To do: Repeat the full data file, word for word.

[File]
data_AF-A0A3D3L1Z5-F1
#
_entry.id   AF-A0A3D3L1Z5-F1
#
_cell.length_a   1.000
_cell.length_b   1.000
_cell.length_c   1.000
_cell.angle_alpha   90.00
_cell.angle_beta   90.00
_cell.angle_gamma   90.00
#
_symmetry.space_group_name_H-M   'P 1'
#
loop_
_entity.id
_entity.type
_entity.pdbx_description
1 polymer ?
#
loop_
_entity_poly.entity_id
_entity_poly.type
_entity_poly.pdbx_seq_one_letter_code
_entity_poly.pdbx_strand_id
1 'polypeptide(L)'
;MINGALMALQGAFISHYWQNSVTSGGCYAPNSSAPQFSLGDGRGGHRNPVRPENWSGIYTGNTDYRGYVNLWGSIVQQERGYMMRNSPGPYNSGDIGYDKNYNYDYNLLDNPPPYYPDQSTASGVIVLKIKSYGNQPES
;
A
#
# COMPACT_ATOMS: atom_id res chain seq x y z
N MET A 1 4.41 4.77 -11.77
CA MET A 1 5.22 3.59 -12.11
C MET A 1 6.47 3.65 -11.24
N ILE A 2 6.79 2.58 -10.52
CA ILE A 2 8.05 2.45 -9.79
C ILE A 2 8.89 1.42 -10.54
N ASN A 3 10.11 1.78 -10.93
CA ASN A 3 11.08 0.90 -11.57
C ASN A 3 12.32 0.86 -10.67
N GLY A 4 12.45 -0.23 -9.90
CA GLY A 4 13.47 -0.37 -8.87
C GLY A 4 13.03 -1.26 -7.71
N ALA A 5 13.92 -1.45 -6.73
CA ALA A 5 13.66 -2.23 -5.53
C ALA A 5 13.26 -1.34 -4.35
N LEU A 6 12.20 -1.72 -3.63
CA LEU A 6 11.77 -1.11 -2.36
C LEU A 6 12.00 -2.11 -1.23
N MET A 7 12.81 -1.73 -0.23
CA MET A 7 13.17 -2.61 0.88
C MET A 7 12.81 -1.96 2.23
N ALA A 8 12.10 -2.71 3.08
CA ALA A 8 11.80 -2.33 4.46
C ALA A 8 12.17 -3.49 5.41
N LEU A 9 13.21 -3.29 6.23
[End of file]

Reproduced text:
data_AF-A0A3D3L1Z5-F1
#
_entry.id   AF-A0A3D3L1Z5-F1
#
_cell.length_a   1.000
_cell.length_b   1.000
_cell.length_c   1.000
_cell.angle_alpha   90.00
_cell.angle_beta   90.00
_cell.angle_gamma   90.00
#
_symmetry.space_group_name_H-M   'P 1'
#
loop_
_entity.id
_entity.type
_entity.pdbx_description
1 polymer ?
#
loop_
_entity_poly.entity_id
_entity_poly.type
_entity_poly.pdbx_seq_one_letter_code
_entity_poly.pdbx_strand_id
1 'polypeptide(L)'
;MINGALMALQGAFISHYWQNSVTSGGCYAPNSSAPQFSLGDGRGGHRNPVRPENWSGIYTGNTDYRGYVNLWGSIVQQERGYMMRNSPGPYNSGDIGYDKNYNYDYNLLDNPPPYYPDQSTASGVIVLKIKSYGNQPES
;
A
#
# COMPACT_ATOMS: atom_id res chain seq x y z
N MET A 1 4.41 4.77 -11.77
CA MET A 1 5.22 3.59 -12.11
C MET A 1 6.47 3.65 -11.24
N ILE A 2 6.79 2.58 -10.52
CA ILE A 2 8.05 2.45 -9.79
C ILE A 2 8.89 1.42 -10.54
N ASN A 3 10.11 1.78 -10.93
CA ASN A 3 11.08 0.90 -11.57
C ASN A 3 12.32 0.86 -10.67
N GLY A 4 12.45 -0.23 -9.90
CA GLY A 4 13.47 -0.37 -8.87
C GLY A 4 13.03 -1.26 -7.71
N ALA A 5 13.92 -1.45 -6.73
CA ALA A 5 13.66 -2.23 -5.53
C ALA A 5 13.26 -1.34 -4.35
N LEU A 6 12.20 -1.72 -3.63
CA LEU A 6 11.77 -1.11 -2.36
C LEU A 6 12.00 -2.11 -1.23
N MET A 7 12.81 -1.73 -0.23
CA MET A 7 13.17 -2.61 0.88
C MET A 7 12.81 -1.96 2.23
N ALA A 8 12.10 -2.71 3.08
CA ALA A 8 11.80 -2.33 4.46
C ALA A 8 12.17 -3.49 5.41
N LEU A 9 13.21 -3.29 6.23